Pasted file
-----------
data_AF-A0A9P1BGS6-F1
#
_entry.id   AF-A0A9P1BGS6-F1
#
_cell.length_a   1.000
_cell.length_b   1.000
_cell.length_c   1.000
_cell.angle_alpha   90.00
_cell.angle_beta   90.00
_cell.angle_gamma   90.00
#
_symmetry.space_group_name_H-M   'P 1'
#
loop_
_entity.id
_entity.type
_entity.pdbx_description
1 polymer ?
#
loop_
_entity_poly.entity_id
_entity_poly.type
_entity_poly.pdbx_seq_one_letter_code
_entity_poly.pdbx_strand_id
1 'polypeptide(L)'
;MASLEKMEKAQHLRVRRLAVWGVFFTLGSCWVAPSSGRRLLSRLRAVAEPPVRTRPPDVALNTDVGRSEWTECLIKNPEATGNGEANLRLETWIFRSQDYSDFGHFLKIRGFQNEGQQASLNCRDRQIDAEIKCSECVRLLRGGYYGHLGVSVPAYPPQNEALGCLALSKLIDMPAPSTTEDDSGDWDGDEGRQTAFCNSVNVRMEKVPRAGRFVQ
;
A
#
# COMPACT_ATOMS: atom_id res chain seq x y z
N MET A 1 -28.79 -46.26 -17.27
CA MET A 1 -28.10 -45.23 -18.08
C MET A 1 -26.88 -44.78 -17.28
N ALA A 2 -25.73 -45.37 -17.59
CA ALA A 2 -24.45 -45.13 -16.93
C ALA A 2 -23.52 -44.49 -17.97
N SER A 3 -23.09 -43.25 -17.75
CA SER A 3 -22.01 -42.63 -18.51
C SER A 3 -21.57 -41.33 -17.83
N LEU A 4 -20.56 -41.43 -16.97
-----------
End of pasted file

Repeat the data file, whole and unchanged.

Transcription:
data_AF-A0A9P1BGS6-F1
#
_entry.id   AF-A0A9P1BGS6-F1
#
_cell.length_a   1.000
_cell.length_b   1.000
_cell.length_c   1.000
_cell.angle_alpha   90.00
_cell.angle_beta   90.00
_cell.angle_gamma   90.00
#
_symmetry.space_group_name_H-M   'P 1'
#
loop_
_entity.id
_entity.type
_entity.pdbx_description
1 polymer ?
#
loop_
_entity_poly.entity_id
_entity_poly.type
_entity_poly.pdbx_seq_one_letter_code
_entity_poly.pdbx_strand_id
1 'polypeptide(L)'
;MASLEKMEKAQHLRVRRLAVWGVFFTLGSCWVAPSSGRRLLSRLRAVAEPPVRTRPPDVALNTDVGRSEWTECLIKNPEATGNGEANLRLETWIFRSQDYSDFGHFLKIRGFQNEGQQASLNCRDRQIDAEIKCSECVRLLRGGYYGHLGVSVPAYPPQNEALGCLALSKLIDMPAPSTTEDDSGDWDGDEGRQTAFCNSVNVRMEKVPRAGRFVQ
;
A
#
# COMPACT_ATOMS: atom_id res chain seq x y z
N MET A 1 -28.79 -46.26 -17.27
CA MET A 1 -28.10 -45.23 -18.08
C MET A 1 -26.88 -44.78 -17.28
N ALA A 2 -25.73 -45.37 -17.59
CA ALA A 2 -24.45 -45.13 -16.93
C ALA A 2 -23.52 -44.49 -17.97
N SER A 3 -23.09 -43.25 -17.75
CA SER A 3 -22.01 -42.63 -18.51
C SER A 3 -21.57 -41.33 -17.83
N LEU A 4 -20.56 -41.43 -16.97